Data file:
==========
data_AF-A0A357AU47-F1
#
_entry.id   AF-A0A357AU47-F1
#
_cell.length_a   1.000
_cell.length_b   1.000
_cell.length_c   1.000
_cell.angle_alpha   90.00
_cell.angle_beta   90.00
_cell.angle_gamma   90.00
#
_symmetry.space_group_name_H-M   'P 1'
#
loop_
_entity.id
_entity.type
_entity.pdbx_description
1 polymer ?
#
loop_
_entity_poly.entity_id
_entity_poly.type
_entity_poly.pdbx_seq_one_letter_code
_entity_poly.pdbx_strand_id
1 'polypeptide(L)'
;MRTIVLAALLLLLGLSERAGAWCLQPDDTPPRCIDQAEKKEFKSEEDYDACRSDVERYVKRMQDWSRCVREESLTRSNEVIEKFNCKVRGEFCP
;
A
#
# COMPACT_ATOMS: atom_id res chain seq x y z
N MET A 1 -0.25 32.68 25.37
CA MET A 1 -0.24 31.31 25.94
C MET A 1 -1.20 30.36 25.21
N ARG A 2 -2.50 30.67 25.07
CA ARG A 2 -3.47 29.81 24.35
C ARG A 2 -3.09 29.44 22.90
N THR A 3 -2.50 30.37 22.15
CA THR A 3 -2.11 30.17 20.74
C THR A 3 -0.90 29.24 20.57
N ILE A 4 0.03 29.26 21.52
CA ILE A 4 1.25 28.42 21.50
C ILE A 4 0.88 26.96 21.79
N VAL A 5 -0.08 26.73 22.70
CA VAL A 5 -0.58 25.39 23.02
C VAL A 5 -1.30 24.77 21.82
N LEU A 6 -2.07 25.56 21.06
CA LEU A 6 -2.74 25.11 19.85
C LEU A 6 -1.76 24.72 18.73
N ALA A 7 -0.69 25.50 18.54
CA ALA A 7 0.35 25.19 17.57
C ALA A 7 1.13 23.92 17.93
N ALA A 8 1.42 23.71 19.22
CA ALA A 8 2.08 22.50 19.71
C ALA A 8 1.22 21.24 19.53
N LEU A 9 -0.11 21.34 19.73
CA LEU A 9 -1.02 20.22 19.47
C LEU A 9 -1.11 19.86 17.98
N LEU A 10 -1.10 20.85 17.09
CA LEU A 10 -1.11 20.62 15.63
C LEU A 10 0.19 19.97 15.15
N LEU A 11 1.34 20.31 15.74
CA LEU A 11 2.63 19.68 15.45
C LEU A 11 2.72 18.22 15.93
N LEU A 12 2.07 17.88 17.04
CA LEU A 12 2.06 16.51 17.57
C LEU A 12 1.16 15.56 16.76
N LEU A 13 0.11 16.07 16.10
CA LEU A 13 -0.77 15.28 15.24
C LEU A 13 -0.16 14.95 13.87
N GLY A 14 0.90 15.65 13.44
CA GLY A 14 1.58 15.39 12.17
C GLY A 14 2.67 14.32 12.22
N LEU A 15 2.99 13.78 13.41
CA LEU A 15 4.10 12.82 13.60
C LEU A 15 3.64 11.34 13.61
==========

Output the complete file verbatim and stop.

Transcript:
data_AF-A0A357AU47-F1
#
_entry.id   AF-A0A357AU47-F1
#
_cell.length_a   1.000
_cell.length_b   1.000
_cell.length_c   1.000
_cell.angle_alpha   90.00
_cell.angle_beta   90.00
_cell.angle_gamma   90.00
#
_symmetry.space_group_name_H-M   'P 1'
#
loop_
_entity.id
_entity.type
_entity.pdbx_description
1 polymer ?
#
loop_
_entity_poly.entity_id
_entity_poly.type
_entity_poly.pdbx_seq_one_letter_code
_entity_poly.pdbx_strand_id
1 'polypeptide(L)'
;MRTIVLAALLLLLGLSERAGAWCLQPDDTPPRCIDQAEKKEFKSEEDYDACRSDVERYVKRMQDWSRCVREESLTRSNEVIEKFNCKVRGEFCP
;
A
#
# COMPACT_ATOMS: atom_id res chain seq x y z
N MET A 1 -0.25 32.68 25.37
CA MET A 1 -0.24 31.31 25.94
C MET A 1 -1.20 30.36 25.21
N ARG A 2 -2.50 30.67 25.07
CA ARG A 2 -3.47 29.81 24.35
C ARG A 2 -3.09 29.44 22.90
N THR A 3 -2.50 30.37 22.15
CA THR A 3 -2.11 30.17 20.74
C THR A 3 -0.90 29.24 20.57
N ILE A 4 0.03 29.26 21.52
CA ILE A 4 1.25 28.42 21.50
C ILE A 4 0.88 26.96 21.79
N VAL A 5 -0.08 26.73 22.70
CA VAL A 5 -0.58 25.39 23.02
C VAL A 5 -1.30 24.77 21.82
N LEU A 6 -2.07 25.56 21.06
CA LEU A 6 -2.74 25.11 19.85
C LEU A 6 -1.76 24.72 18.73
N ALA A 7 -0.69 25.50 18.54
CA ALA A 7 0.35 25.19 17.57
C ALA A 7 1.13 23.92 17.93
N ALA A 8 1.42 23.71 19.22
CA ALA A 8 2.08 22.50 19.71
C ALA A 8 1.22 21.24 19.53
N LEU A 9 -0.11 21.34 19.73
CA LEU A 9 -1.02 20.22 19.47
C LEU A 9 -1.11 19.86 17.98
N LEU A 10 -1.10 20.85 17.09
CA LEU A 10 -1.11 20.62 15.63
C LEU A 10 0.19 19.97 15.15
N LEU A 11 1.34 20.31 15.74
CA LEU A 11 2.63 19.68 15.45
C LEU A 11 2.72 18.22 15.93
N LEU A 12 2.07 17.88 17.04
CA LEU A 12 2.06 16.51 17.57
C LEU A 12 1.16 15.56 16.76
N LEU A 13 0.11 16.07 16.10
CA LEU A 13 -0.77 15.28 15.24
C LEU A 13 -0.16 14.95 13.87
N GLY A 14 0.90 15.65 13.44
CA GLY A 14 1.58 15.39 12.17
C GLY A 14 2.67 14.32 12.22
N LEU A 15 2.99 13.78 13.41
CA LEU A 15 4.10 12.82 13.60
C LEU A 15 3.64 11.34 13.61